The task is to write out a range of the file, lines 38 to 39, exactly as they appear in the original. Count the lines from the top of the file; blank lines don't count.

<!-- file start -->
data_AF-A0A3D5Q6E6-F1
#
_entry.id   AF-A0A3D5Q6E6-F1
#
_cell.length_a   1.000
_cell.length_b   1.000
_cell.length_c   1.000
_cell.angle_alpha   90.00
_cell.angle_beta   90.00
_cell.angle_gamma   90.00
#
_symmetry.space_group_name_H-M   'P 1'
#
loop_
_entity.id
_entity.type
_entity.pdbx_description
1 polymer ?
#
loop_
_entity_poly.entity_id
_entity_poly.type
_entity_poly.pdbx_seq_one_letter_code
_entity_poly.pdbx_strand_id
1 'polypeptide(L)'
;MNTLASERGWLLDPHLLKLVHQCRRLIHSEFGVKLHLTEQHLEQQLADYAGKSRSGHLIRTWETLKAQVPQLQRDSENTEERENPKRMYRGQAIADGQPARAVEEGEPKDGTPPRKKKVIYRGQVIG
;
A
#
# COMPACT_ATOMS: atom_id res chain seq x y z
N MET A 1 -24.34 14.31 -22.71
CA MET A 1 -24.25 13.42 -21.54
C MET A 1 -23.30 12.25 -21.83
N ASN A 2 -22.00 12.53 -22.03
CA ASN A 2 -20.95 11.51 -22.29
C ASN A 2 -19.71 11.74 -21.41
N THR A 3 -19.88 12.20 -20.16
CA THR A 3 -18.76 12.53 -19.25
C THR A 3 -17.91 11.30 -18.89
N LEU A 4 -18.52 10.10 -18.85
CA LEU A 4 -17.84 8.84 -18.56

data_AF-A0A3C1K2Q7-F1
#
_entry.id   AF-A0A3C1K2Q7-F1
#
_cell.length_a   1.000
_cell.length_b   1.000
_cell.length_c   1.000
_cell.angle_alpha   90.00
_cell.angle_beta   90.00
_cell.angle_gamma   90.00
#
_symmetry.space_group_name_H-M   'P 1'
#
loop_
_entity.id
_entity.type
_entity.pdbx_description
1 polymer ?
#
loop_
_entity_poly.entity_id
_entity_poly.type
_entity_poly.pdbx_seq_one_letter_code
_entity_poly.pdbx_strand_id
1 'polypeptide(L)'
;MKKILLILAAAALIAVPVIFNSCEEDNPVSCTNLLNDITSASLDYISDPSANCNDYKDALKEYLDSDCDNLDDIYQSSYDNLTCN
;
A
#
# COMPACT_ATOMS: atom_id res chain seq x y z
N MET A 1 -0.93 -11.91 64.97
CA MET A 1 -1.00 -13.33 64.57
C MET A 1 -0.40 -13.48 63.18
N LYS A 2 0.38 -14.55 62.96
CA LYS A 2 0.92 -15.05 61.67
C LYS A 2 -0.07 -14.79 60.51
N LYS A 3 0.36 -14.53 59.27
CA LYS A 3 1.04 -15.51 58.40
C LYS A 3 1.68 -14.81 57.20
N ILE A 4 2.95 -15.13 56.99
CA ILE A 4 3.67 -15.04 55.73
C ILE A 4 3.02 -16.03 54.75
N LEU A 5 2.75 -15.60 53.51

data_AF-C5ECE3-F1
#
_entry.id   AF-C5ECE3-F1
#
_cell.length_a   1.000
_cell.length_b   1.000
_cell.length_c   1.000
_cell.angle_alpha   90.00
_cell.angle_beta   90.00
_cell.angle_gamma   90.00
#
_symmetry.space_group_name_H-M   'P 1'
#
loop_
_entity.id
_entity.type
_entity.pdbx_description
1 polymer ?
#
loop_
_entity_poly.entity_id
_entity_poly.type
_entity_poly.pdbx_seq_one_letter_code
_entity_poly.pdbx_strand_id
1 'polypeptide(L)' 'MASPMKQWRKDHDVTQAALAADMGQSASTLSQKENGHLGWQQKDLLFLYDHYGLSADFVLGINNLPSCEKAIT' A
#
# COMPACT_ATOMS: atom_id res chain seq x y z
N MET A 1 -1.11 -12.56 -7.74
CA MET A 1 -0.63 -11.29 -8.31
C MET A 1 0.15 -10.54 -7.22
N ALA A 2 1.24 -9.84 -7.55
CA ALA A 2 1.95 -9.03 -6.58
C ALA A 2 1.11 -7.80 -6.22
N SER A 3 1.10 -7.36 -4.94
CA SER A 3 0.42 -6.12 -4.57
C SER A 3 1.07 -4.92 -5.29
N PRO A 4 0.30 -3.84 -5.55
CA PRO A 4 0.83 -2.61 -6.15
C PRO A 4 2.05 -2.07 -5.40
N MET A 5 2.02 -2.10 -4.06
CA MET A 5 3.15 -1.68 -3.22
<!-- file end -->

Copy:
CA THR A 3 -18.76 12.53 -19.25
C THR A 3 -17.91 11.30 -18.89